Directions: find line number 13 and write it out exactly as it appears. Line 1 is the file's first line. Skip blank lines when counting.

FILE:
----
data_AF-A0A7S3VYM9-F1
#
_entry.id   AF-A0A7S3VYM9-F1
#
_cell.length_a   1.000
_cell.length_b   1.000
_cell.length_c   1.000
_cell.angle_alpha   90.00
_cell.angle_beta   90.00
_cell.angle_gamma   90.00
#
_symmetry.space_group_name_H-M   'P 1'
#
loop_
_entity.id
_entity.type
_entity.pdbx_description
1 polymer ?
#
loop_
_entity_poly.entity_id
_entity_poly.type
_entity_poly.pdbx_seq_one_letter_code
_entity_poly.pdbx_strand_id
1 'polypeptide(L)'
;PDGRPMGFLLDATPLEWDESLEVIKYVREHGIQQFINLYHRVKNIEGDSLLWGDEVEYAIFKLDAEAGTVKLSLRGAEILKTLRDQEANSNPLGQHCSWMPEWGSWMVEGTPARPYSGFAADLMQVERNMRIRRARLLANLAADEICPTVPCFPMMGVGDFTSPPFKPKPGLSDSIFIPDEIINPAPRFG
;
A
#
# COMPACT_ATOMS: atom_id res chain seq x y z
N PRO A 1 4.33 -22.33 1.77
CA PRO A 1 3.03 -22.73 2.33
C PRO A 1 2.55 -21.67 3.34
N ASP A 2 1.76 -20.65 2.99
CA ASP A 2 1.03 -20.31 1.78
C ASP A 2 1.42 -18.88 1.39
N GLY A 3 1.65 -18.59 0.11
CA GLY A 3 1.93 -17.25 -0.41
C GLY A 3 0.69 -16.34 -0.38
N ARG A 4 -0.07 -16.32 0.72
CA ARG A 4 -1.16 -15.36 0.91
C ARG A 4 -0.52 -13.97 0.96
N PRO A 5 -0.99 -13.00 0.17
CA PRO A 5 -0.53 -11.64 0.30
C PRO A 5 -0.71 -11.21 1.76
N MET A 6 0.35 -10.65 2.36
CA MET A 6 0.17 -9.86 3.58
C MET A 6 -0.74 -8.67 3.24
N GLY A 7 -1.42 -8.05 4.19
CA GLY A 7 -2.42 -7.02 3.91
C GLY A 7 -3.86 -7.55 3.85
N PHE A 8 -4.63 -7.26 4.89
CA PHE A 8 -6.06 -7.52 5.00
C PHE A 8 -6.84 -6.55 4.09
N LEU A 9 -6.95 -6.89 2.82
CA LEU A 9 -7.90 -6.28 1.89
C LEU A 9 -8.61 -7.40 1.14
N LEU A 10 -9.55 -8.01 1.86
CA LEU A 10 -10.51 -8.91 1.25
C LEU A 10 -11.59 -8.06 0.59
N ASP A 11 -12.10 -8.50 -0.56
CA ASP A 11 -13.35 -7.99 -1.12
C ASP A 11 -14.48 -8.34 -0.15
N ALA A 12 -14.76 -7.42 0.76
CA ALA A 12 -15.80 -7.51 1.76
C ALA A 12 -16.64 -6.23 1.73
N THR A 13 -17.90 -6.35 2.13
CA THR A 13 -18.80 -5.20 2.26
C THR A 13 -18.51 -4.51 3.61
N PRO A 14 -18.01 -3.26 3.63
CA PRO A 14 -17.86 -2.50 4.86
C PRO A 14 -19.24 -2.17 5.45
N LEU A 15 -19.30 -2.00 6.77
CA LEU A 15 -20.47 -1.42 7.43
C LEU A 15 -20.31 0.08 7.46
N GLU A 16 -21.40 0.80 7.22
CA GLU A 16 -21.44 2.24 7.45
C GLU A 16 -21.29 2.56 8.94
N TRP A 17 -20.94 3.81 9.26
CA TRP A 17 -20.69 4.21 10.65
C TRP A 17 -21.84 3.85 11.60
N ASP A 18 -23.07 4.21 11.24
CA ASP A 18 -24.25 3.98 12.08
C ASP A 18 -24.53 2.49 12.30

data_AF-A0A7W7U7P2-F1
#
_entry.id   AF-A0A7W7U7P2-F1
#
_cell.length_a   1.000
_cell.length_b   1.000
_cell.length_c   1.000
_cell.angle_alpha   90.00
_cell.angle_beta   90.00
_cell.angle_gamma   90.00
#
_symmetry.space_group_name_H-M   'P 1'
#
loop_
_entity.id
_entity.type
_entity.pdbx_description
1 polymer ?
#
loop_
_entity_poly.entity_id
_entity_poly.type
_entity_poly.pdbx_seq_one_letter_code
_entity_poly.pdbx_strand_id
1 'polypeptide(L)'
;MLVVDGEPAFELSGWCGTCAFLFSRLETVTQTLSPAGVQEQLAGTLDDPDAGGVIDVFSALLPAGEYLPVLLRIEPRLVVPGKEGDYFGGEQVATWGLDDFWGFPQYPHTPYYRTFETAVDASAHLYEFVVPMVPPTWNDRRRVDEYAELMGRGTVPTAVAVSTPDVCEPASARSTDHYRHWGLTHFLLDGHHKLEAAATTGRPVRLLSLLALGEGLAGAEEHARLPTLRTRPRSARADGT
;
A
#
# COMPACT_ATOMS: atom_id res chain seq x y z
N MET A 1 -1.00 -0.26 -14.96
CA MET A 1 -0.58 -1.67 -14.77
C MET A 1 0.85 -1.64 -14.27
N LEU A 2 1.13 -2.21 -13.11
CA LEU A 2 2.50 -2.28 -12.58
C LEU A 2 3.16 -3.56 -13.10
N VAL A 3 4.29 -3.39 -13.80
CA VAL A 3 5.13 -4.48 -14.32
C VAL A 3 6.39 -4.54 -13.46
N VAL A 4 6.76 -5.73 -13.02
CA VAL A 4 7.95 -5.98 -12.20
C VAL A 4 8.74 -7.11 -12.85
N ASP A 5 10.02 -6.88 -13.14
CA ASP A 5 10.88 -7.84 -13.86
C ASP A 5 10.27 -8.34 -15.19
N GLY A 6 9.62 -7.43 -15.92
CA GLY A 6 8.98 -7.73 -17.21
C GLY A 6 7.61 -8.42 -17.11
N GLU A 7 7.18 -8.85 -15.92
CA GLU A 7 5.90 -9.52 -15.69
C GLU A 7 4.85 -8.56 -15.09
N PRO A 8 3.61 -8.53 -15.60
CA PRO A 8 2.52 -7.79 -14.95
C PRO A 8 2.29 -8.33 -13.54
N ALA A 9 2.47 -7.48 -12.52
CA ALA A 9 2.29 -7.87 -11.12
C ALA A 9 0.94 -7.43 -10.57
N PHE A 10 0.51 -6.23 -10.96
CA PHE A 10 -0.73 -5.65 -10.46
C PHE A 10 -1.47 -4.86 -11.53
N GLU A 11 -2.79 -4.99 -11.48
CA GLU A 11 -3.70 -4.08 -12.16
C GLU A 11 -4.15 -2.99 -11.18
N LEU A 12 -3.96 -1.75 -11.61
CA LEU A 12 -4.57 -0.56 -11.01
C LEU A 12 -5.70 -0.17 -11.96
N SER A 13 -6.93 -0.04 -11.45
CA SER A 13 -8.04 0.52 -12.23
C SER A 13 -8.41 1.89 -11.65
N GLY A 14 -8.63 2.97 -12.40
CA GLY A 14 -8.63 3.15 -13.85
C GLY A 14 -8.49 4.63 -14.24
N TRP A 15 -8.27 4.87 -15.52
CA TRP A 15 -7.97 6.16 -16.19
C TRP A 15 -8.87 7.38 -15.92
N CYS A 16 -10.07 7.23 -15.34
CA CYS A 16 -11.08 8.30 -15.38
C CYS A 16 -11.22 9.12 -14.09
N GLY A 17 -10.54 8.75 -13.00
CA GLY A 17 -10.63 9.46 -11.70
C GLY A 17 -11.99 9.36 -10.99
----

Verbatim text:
#